Should I Use Hollow Tines Or Solid Tines For Lawn Aeration?
Chosing between using hollow or solid tines is a choice that should be made to best suit the application. Lawn aeration is an important gardening practice in achieving and maintaining a luscious, beautiful lawn with thick and healthy grass growth. It helps to reduce compaction, improve grass root growth, and improve drainage. If you are considering using a lawn aerator machine to improve the quality of a lawn but are unsure whether you should use hollow tines or solid tines on the aerator, you can read about the differences and best application of both treatments below.
What Is Hollow Tine Aeration?
A hollow tine aerator or plug aerator drives hollow spikes into the surface of your lawn and removes cores of soil. Generally, hollow tines leave a hole that is roughly three inches deep, although different sizes are available if you need something more specific.
The removal of soil leaves space for the remaining soil to expand and breathe, so it is less compacted than before. This allows water and nutrients to penetrate deeper into the ground, improving drainage, feeding the grass effectively and giving grass roots space to grow. The grass will be able to flourish - becoming healthier, thicker, and improving the all-round quality of the lawn.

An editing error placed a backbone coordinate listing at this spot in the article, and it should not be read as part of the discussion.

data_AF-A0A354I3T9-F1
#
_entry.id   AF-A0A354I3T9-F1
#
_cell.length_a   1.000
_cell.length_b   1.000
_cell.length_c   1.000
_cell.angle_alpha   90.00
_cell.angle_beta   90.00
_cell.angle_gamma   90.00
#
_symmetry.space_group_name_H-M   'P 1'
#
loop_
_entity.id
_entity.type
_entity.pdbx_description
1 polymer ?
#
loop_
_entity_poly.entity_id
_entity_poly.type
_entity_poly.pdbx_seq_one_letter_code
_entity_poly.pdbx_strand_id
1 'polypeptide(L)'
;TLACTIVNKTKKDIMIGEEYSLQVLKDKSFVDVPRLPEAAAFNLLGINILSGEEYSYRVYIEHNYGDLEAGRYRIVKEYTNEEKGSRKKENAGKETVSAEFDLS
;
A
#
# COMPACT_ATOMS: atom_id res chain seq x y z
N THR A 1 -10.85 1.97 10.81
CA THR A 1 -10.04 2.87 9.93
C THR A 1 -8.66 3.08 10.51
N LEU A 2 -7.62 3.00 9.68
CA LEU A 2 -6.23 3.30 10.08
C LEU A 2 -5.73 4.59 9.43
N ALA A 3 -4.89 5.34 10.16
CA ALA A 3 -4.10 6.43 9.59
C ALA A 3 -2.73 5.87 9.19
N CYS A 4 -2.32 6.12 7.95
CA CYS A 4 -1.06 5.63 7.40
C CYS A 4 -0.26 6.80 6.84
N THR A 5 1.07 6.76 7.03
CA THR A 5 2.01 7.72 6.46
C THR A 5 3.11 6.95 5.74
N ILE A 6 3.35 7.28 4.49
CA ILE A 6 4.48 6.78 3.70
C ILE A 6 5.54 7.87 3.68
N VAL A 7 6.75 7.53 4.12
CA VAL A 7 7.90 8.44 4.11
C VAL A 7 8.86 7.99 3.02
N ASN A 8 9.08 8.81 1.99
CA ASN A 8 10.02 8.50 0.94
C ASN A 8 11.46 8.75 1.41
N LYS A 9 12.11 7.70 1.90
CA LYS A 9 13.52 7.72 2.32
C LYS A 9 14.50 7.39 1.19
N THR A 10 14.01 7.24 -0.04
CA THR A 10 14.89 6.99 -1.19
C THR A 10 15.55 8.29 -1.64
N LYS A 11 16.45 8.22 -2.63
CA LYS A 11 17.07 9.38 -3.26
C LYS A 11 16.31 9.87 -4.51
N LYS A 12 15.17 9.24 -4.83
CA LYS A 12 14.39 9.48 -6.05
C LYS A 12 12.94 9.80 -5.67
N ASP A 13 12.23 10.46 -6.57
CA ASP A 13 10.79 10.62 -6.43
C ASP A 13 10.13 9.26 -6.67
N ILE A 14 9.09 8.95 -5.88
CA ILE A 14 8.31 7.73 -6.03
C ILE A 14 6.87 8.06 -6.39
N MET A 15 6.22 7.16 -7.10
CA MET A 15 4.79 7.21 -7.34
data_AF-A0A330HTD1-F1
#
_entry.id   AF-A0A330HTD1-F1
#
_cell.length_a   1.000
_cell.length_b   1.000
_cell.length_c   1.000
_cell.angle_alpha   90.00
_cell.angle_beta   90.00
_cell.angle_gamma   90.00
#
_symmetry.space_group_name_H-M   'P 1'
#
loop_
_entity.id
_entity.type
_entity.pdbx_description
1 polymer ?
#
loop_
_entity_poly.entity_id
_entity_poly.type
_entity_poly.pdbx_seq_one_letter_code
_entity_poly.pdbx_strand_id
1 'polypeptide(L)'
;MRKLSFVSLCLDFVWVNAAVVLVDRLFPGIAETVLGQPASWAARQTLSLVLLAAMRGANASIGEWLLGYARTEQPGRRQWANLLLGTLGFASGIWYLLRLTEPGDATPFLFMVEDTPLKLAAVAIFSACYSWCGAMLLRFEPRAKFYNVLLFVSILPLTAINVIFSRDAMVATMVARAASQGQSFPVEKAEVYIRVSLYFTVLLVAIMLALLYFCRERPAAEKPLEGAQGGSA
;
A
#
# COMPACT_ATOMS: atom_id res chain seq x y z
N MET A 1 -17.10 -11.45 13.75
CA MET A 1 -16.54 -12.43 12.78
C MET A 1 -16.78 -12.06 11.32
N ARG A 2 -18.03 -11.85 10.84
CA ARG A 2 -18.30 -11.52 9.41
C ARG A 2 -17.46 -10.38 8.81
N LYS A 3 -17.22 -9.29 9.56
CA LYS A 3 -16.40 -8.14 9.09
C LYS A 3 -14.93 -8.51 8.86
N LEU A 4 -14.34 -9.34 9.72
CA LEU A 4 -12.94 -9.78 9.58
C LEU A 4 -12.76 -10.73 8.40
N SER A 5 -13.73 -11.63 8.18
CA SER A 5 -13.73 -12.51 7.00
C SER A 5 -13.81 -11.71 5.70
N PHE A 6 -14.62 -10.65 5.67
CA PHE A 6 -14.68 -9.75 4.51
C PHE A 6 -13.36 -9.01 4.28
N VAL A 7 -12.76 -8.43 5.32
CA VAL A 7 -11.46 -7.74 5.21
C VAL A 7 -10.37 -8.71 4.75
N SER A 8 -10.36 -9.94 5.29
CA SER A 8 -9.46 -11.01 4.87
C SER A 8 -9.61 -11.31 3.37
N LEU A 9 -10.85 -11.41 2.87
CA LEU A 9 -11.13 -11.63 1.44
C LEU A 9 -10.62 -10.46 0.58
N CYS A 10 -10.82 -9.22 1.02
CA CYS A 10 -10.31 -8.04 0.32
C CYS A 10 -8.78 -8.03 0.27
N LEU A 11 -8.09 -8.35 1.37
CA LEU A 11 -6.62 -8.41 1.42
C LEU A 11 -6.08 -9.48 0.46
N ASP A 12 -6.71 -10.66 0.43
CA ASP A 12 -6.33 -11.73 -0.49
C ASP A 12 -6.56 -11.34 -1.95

The removed cores of soil are usually deposited on the top of the lawn. It is best to collect these cores together and compost them or dispose of them in your garden waste bin.
When To Use Hollow Tines…
Hollow tine aeration is best suited to particularly dense and compacted soil, in order to tackle the compaction problems. Lawns that have to withstand a lot of wear and tear are more likely to benefit from hollow tine aeration. Public gardens, playing surfaces, or parks and playground with heavy foot traffic are other good examples. Hollow tine aeration is also best if your lawn has never been aerated before.
What Is Solid Tine Aeration?